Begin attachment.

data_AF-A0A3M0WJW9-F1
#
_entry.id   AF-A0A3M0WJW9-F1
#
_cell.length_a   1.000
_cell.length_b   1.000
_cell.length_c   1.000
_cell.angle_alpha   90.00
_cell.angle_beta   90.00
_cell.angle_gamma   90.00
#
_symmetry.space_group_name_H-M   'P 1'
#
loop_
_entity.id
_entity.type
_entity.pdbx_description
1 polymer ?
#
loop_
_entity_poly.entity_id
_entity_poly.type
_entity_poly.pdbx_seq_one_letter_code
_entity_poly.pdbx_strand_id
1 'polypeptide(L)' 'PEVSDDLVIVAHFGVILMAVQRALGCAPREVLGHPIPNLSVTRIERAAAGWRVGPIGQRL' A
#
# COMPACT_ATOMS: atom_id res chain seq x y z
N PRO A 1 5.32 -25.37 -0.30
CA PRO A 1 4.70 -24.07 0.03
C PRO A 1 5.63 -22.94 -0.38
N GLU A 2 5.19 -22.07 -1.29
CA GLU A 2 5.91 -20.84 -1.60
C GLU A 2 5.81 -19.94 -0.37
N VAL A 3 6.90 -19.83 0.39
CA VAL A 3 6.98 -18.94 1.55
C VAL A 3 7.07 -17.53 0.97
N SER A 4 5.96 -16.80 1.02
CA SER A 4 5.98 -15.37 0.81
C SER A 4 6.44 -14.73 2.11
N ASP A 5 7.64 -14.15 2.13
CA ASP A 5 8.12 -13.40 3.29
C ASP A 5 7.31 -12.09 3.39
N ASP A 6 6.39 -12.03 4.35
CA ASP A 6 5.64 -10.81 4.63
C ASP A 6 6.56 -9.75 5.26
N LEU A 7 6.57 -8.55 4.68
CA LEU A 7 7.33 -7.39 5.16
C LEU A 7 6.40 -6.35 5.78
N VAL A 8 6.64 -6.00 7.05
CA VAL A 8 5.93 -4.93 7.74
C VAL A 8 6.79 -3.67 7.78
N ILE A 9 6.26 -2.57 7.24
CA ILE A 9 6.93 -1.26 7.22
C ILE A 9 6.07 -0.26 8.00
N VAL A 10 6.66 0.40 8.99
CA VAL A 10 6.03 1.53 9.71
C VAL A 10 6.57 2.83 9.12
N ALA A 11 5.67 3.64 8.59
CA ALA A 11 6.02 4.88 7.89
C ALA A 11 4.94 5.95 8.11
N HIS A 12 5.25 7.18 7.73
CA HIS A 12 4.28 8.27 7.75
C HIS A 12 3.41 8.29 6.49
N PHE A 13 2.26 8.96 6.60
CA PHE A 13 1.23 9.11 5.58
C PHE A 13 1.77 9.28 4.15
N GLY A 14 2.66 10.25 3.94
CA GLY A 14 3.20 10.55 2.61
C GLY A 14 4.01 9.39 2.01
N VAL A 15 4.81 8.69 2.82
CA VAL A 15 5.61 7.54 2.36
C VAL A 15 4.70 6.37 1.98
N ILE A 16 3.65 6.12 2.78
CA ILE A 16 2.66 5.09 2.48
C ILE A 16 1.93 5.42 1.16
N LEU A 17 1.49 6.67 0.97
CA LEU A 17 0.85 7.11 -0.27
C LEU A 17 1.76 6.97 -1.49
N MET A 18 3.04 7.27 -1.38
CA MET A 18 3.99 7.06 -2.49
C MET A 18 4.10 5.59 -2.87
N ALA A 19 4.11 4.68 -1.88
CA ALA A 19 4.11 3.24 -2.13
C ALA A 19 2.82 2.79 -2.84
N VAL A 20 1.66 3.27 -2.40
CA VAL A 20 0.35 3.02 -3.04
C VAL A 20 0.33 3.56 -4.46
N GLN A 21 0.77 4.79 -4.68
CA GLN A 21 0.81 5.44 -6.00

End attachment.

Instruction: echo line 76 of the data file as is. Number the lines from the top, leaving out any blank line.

N LEU A 17 1.49 6.67 0.97